Sex Tape Jason Segel, Cameron Diaz, Rob Corddry. Directed by Jake Kasdan. Rated R. Opens Friday.
“Nobody understands the cloud!” barks Jay (Jason Segel) as he and his wife, Annie (Cameron Diaz), struggle to determine the whereabouts of the porn video they’ve just made. Certainly Sex Tape doesn’t. (Judging from the title, it doesn’t even know what medium people use to record things nowadays.)
There’s a potentially uproarious and insightful movie to be made about the modern era’s war against privacy, but it would require actually dealing with mortification and consequences—both of which are terrific subjects for comedy. Sex Tape, on the other hand, merely deploys the threat of exposure, sending its bland characters on a lackluster nocturnal odyssey to retrieve what amounts to a smutty MacGuffin.
Once upon a time—as we learn from flashbacks narrated by Annie, a celebrated “mommy blogger”—Jay and Annie did nothing but bone. Age, work and kids have taken a collective toll on their libidos, however, and it’s only when Annie suggests making a porno (exclusively for their own enjoyment) that they rediscover their lost carnal passion for each other. Trouble is, instead of erasing the footage, as he’d intended to do, Jay somehow activates a newfangled syncing app that deposits their acrobatics onto multiple iPads that Jay had given away as gifts to family and friends over the years. That makes no technical sense whatsoever (and is ultimately revealed to be irrelevant), but Jay and Annie nonetheless head out into the night to try to remove the file from everyone’s devices before they have a chance to see it.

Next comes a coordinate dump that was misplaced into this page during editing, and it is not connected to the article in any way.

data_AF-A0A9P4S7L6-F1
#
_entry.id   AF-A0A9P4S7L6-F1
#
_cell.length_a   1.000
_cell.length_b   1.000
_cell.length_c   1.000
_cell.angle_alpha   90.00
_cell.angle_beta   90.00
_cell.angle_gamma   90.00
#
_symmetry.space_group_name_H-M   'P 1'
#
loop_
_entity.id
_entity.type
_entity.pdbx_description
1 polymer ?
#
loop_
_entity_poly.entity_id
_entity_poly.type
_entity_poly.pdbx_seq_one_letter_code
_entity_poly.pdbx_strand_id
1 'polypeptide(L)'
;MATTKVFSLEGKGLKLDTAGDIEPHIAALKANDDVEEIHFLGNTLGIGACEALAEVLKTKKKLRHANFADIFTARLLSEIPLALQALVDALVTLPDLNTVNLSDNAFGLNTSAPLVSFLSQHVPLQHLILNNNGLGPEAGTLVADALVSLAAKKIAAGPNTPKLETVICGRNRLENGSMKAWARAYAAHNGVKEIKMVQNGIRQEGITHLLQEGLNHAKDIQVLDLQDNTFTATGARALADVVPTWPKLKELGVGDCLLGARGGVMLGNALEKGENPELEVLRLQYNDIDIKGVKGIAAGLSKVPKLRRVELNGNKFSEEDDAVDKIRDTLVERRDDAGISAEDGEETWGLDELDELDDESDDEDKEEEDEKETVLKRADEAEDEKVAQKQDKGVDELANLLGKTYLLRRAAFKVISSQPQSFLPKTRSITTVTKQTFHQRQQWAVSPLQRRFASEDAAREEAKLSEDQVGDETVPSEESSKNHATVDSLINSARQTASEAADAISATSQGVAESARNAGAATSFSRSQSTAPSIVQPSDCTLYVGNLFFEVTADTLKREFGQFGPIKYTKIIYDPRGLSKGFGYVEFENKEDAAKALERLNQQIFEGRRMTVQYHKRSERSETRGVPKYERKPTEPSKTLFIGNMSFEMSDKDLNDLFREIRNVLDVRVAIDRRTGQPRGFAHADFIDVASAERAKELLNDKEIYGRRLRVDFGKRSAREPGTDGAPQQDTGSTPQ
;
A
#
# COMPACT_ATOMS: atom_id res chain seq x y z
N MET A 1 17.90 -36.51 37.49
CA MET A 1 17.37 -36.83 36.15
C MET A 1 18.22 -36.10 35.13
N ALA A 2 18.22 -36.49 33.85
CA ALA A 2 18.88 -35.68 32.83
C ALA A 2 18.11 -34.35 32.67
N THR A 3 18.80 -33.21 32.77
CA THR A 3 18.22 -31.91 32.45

Best described as pseudo-raunchy, Sex Tape could really be about almost anything—it’s like an extended version of the old sitcom gag in which someone has to erase an embarrassing answering-machine message. Jay and Annie spend an eternity at the house of an ostensibly square businessman (Rob Lowe, gamely poking fun at his own notorious adventure with amateur pornography) who gets freaky behind closed doors, and the movie’s engine sputters and stalls; the poverty of imagination runs so deep that much of this sequence is devoted to Jay’s efforts to escape an attack dog, as if he were Ed Rooney in Ferris Bueller’s Day Off.
If not for some amusing lasciviousness from Ellie Kemper and Rob Corddry, as friends who are way too curious about the contents of the video, it’d be easy to forget the movie’s premise entirely. A comedy with guts would have taken that discomfiting idea and run with it.